fang_start = 0
fang_end = 0
fang_check = 0
contains = 0
count = 0
start_time = 0

#while loop necessary so if an even number is not entered then a new value can be prompted
while even_vamp_check == 0:

#Get user input
num_vamp_digits = vamp_input()

#Check if entered number is even
even_vamp_check = even_vamp(num_vamp_digits)
start_time = time.time()
print("Calculating...")

#Generate possible vampire numbers
#define range using powers of ten
vampire_start = 10**(num_vamp_digits - 1)
vampire_end = 10**(num_vamp_digits) - 1
vampire_number = vampire_start
num_fang_digits = num_vamp_digits //2
fang_start = 10**(num_fang_digits - 1)

while vampire_number <= vampire_end:
fang1 = fang_start
fang_end = math.sqrt(vampire_number)
while fang1 <= fang_end:
if vampire_number % fang1 == 0:
fang2 = vampire_number // fang1
if len(str(fang2)) == num_fang_digits:
fang_check = divisible(fang1,fang2)
if fang_check == 1:
contains = contains_check(vampire_number,fang1,fang2)
if contains == 1:
print("\nVampire Number:",vampire_number,"\nFang 1:",fang1,"\nFang 2:",fang2)
count = count+1
fang1 = fang1 + 1
vampire_number = vampire_number + 1

print("\nAnalysis Complete\n")
print(count,"vampire numbers were found with",num_vamp_digits,"digits.")

time_total = time.time()-start_time
print("This took",int(time_total//60),"minutes",int(time_total%60),"seconds")

#User Input
#takes in num_vamp_digits
#Returns user defined value to main
def vamp_input():
n=int(input("\n\nHow many digits would you like the vampire number to have?\n"))
return n

#checks if the user entered number of digits is even
#Takes in num_vamp_digits provided by user
#returns 1 if true, 0 if false
def even_vamp(num_vamp_digits):
if num_vamp_digits%2==0:
return 1
else:
print("The number of digits must be even, please enter another value.")
return 0

#Divisibility check (both fang1 and fang 2 can't be divisible by ten)
#Takes in fang 1 and fang 2 values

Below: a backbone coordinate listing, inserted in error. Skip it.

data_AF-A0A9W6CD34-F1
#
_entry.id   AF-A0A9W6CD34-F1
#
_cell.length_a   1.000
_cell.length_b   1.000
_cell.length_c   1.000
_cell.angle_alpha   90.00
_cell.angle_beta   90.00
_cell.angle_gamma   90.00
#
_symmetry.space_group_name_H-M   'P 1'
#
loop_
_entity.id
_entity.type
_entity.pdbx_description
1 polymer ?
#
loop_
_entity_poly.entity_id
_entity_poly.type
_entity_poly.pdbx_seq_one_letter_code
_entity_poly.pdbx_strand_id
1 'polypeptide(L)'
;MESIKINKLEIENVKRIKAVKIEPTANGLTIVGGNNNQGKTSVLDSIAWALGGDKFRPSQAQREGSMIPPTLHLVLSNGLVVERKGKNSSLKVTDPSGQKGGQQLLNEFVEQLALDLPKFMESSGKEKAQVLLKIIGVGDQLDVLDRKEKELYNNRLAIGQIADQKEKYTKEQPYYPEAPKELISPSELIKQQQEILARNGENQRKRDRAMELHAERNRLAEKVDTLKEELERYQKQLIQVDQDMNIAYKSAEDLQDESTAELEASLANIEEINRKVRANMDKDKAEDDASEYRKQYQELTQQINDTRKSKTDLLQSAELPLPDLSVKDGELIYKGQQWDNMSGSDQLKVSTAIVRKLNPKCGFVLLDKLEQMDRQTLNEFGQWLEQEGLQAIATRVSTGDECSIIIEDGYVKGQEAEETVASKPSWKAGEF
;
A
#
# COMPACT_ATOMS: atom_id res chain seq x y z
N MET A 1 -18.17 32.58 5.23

#returns 1 if both are not divisible by ten, 0 if both are
def divisible(fang1,fang2):

if fang1%10==0:
if fang2%10==0:
return 0
else:
return 1
else:
return 1

#Contains digits check, checks values of each digit in fangs are present in vamp number
#takes in fang 1, fang 2, and vampire number
#returns 1 if true, 0 if false
def contains_check(vampire_number,fang1,fang2):
vamp_list = []
fang_list = []

i=0
j=0

while i < len(str(vampire_number)):
vamp_list.append(str(vampire_number)[i])
i=i+1
vamp_list.sort()
while j < len(str(fang1)):
fang_list.append(str(fang1)[j])
fang_list.append(str(fang2)[j])
j=j+1
fang_list.sort()
k=0
while k < len(str(vampire_number)):
if vamp_list[k]==fang_list[k]:
k=k+1
else:
return 0
return 1

#Run main
main()

```
6. Gaurav Abbi said

————————————————–
import Data.List

vn :: Integer->[(Integer,Integer,Integer)]
vn n = if odd n
then []
else
let split = fromIntegral(n `div` 2)
(start, end) = (10^(split-1), (10^split)-1)
in getVampires [start..end]

getVampires :: [Integer]->[(Integer,Integer,Integer)]
getVampires ns = [(x,y,x*y)|x<-ns,y y , isVampire(x,y)]

isVampire (x,y)
| (x `mod` 10 == 0) && (y `mod` 10 == 0) = False
| sort (show x ++ show y) /= sort (show (x*y)) = False
| otherwise = True

7. Victor said

Quick and dirty solution in C#!

namespace VampireNumbers
{
class Program
{
private static void isVampire(int number, int digits)
{
int start = ((digits + 1) / 2) – 1;

for (int x = (int)Math.Pow(10, start); x < (int)Math.Pow(10, start + 1); ++x)
{
if (number % x == 0)
{
int div = number / x;

if (div.ToString().Length == start + 1 && (div%10 != 0 || x%10 != 0))
{
Console.WriteLine(number + " = " + x + " x " + number / x);
}
}
}
}

static void Main(string[] args)
{
//Must be even.
int n = 4;

//Cycle through all the possible number of digits vampire number can have.
for (int i = 1; i < n; i += 2)
{
for (int v = (int)Math.Pow(10, i); v < (int)Math.Pow(10, i + 1); ++v)
{
isVampire(v, i);
}
}
}
}
}